The boys’ club of sports broadcasting
How female reporters are breaking gender barriers in sports media
Alena Botros, Gabriella Castania, Chloe Clark, Victoria Hunt, Lida Li
Women in sports broadcasting have consistently faced discrimination and biases in the field, and even with considerable advances by their predesccesors the industry still does not promote gender equailty.
There are female journalists who have pioneered the field and who have fought to amplify the voices of all women. But, there is still pushback.
In 1977, Melissa Ludkte, backed by Time Inc., sued the MLB among others for denying her access to the clubhouses at Yankees Stadium. The judge ruled that denying Ludkte the same access as male journalists was a violation of the 14th Amendment.
Nearly six decades later, women in sports journalism have begun to see major change. This year the NBA and MLB announced and produced their first all female broadcast team.
Willow Bay, former co-host of NBA Inside Stuff, began her career in sports media in the 90s.
“It was a very different era in sports… There were very few women in sports anchoring, hosting journalism at the time. And, that only reflected a reluctance to hire women,” she said.
At that time, gender disparities were largely evident, “extra scrutiny was placed on women because there were so few of them. There was an expectation that women would work harder to prove themselves; it was a subtle expectation.”
The gender wage gap has not improved much since the 90s. Today, women earn 82 cents for every dollar a man earns. In sports reporting, on average, women make an annual salary of $48,605; whereas men make an annual salary of $50,169. And, the wage gap only increases with women of color.
Bay added, “We put an enormous amount of pressure on ourselves as pioneers to really prove that we belong there, and for many of us, myself included, that did mean working harder, working longer, working smarter, and always feeling like you had to do that in order to prove you belonged."
Working with her co-anchor at the time, Ahmad Rashād, and a dominantly male-led production team, she did believe her abilities were often questioned.
Rob Parker, sports analyst and anchor, does believe men have more opportunities in the field because “it is the last all boys’ club.”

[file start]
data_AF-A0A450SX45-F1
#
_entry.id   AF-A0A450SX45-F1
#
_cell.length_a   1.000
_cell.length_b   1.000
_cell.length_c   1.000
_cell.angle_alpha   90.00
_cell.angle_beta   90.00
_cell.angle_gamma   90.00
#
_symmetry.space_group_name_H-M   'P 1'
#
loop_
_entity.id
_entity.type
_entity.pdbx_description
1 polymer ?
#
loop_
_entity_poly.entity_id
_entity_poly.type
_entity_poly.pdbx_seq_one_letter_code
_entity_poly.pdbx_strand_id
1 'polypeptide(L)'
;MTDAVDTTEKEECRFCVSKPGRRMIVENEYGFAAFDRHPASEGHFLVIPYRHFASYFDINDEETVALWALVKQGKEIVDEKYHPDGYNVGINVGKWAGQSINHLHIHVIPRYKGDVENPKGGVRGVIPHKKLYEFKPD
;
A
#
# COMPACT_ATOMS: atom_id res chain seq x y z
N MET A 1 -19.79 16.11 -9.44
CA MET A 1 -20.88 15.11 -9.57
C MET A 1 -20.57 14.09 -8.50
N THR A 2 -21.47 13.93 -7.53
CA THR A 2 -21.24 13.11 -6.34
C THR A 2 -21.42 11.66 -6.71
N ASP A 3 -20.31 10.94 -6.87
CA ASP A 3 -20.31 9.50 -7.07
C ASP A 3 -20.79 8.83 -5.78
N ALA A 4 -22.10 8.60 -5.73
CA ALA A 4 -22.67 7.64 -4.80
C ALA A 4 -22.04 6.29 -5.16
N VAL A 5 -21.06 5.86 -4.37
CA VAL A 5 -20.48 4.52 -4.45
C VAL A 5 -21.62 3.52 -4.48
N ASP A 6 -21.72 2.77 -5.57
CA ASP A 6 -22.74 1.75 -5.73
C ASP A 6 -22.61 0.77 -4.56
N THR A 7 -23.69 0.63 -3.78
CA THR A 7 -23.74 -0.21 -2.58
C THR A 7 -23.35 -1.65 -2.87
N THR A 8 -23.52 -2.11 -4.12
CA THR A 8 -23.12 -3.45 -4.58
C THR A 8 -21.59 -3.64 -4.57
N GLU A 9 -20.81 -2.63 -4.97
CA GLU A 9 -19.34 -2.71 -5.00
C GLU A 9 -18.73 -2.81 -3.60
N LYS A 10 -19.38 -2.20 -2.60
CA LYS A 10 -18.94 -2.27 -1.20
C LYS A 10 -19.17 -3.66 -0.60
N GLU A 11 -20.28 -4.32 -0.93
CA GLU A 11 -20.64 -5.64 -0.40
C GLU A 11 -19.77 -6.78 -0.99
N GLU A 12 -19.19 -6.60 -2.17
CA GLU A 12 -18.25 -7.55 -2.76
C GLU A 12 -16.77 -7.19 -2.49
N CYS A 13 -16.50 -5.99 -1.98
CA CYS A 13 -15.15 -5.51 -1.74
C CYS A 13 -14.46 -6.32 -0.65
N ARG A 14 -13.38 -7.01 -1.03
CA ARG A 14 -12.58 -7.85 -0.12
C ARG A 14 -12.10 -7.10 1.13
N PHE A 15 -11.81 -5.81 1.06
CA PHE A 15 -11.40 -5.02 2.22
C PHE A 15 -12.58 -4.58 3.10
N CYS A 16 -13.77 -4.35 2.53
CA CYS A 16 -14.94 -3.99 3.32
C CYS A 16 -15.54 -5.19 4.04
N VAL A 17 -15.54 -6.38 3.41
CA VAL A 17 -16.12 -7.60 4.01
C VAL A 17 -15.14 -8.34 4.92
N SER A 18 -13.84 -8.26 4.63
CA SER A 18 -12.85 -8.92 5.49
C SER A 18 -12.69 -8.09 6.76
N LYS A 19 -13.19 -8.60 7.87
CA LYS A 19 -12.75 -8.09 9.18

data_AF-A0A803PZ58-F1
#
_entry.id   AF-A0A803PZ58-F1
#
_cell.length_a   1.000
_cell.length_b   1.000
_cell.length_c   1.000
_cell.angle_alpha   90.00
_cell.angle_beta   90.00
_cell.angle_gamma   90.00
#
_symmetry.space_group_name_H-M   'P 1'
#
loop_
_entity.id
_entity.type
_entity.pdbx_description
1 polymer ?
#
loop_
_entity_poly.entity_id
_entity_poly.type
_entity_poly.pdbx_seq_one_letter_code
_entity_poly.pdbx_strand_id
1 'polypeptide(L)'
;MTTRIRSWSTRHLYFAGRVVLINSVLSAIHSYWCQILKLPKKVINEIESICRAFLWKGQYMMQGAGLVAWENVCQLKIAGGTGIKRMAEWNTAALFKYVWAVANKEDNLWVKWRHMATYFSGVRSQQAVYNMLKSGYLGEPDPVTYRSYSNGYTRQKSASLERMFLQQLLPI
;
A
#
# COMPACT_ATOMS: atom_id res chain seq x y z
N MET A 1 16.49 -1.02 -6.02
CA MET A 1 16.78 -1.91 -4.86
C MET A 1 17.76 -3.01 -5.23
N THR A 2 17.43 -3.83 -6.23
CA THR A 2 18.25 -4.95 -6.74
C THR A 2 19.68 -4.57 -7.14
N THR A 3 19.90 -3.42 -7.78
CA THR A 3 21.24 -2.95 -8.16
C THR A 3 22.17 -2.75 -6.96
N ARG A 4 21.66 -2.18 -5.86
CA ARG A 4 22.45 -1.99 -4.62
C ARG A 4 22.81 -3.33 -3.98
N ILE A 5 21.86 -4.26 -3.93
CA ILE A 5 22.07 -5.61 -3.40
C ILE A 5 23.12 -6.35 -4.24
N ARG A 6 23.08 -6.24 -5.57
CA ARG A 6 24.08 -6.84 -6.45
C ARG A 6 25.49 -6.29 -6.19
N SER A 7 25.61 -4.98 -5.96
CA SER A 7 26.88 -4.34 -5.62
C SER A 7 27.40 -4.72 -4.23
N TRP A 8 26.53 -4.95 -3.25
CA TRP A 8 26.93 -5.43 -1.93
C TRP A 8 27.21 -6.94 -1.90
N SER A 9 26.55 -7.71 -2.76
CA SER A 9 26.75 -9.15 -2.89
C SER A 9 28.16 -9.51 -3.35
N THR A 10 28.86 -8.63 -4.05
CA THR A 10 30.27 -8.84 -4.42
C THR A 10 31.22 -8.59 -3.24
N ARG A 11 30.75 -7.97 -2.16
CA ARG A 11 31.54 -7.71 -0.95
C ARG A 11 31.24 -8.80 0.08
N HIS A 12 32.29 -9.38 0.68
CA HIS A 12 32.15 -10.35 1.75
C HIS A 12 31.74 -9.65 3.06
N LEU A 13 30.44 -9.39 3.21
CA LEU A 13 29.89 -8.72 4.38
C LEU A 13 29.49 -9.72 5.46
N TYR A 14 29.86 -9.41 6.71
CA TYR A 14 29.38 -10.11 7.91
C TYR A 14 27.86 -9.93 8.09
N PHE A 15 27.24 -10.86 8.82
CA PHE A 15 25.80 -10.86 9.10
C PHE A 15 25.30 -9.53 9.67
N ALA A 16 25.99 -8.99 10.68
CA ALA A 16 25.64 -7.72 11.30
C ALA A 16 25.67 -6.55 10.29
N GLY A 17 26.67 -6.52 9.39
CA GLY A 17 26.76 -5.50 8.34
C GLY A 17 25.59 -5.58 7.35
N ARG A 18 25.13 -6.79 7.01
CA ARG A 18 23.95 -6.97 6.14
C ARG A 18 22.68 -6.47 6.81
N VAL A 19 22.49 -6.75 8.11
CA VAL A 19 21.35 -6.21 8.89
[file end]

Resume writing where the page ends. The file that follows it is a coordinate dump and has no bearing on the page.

There is a “lack of equal access to jobs, and women have often been given the worst beats to cover throughout my 35 year career,” he said.
Only 11 percent of the sports media industry is made up of women. According to Zippia’s sports broadcaster demographics and statistics report, 78 percent are men and 17 percent are women, with 5 percent unaccounted for. The gender disparities seen within most fields not only extend to the sports reporting industry but rather dominate it.
Intersection of race and gender
Of the women in sports reporting, 74 percent are white, 13 percent are latino, and 8 percent are Black. White women hold more positions than all other ethnicities of women combined. The underrepresentation of women of color in the industry shows the intersection of gender and race, both being driving factors of this substantial bias.
Chrissy Grierson, a production assistant for NBC Olympics, is a young, Black woman trying to find her place in sports broadcasting.
"Being the only Black woman in a room full of white men in itself was challenging,”she said, and at times “felt very isolating.” Grierson believed her presence was “a culture shock.”
“Being a trailblazer is not all what it's cracked up to be,” she said, shaking her head.
Grierson fiercely believes that she has a responsibility to the women who look like her, to the women of color who will one day face the same obstacles she has faced. She believes it is her job to create room in this space for women like herself because she knows, “there are certain things women can offer that men can’t.”
Like Grierson, Emily Wirtz, a digital video producer and editor for NFL Media, expressed her reasoning behind her commitment to the sports industry, which is, to become a role model for other women and specifically women of color who want to be in sports.
Having diversity in sports, “will produce the best sports product,” Wirtz said. And, this diversity does not mean white women; it must extend to all women, so that all women are represented in the content created and produced.
Former sports journalist, Mayra Azanza, echoed Grierson and Wirtz in her emphasis of the lack of opportunities for women in journalism, and even more so women of color.
“We are always fighting each other because there are so very few opportunities,” said Azanza.
In July of 2020, Rachel Nichols, a white sports anchor for ESPN, made a comment regarding fellow ESPN reporter Maria Taylor. Nichols claimed Taylor was awarded a position based solely on her race and ESPN’s attempt to fulfill diversity numbers; this comment was only recently made public when the New York Times wrote a story outing Nichols and ESPN on the 4th of July.
Taylor announced her departure from ESPN exactly a year later.
Writz spoke about this issue, claiming, Maria Taylor “is still questioned, even by other women, not [only] men saying is she qualified.”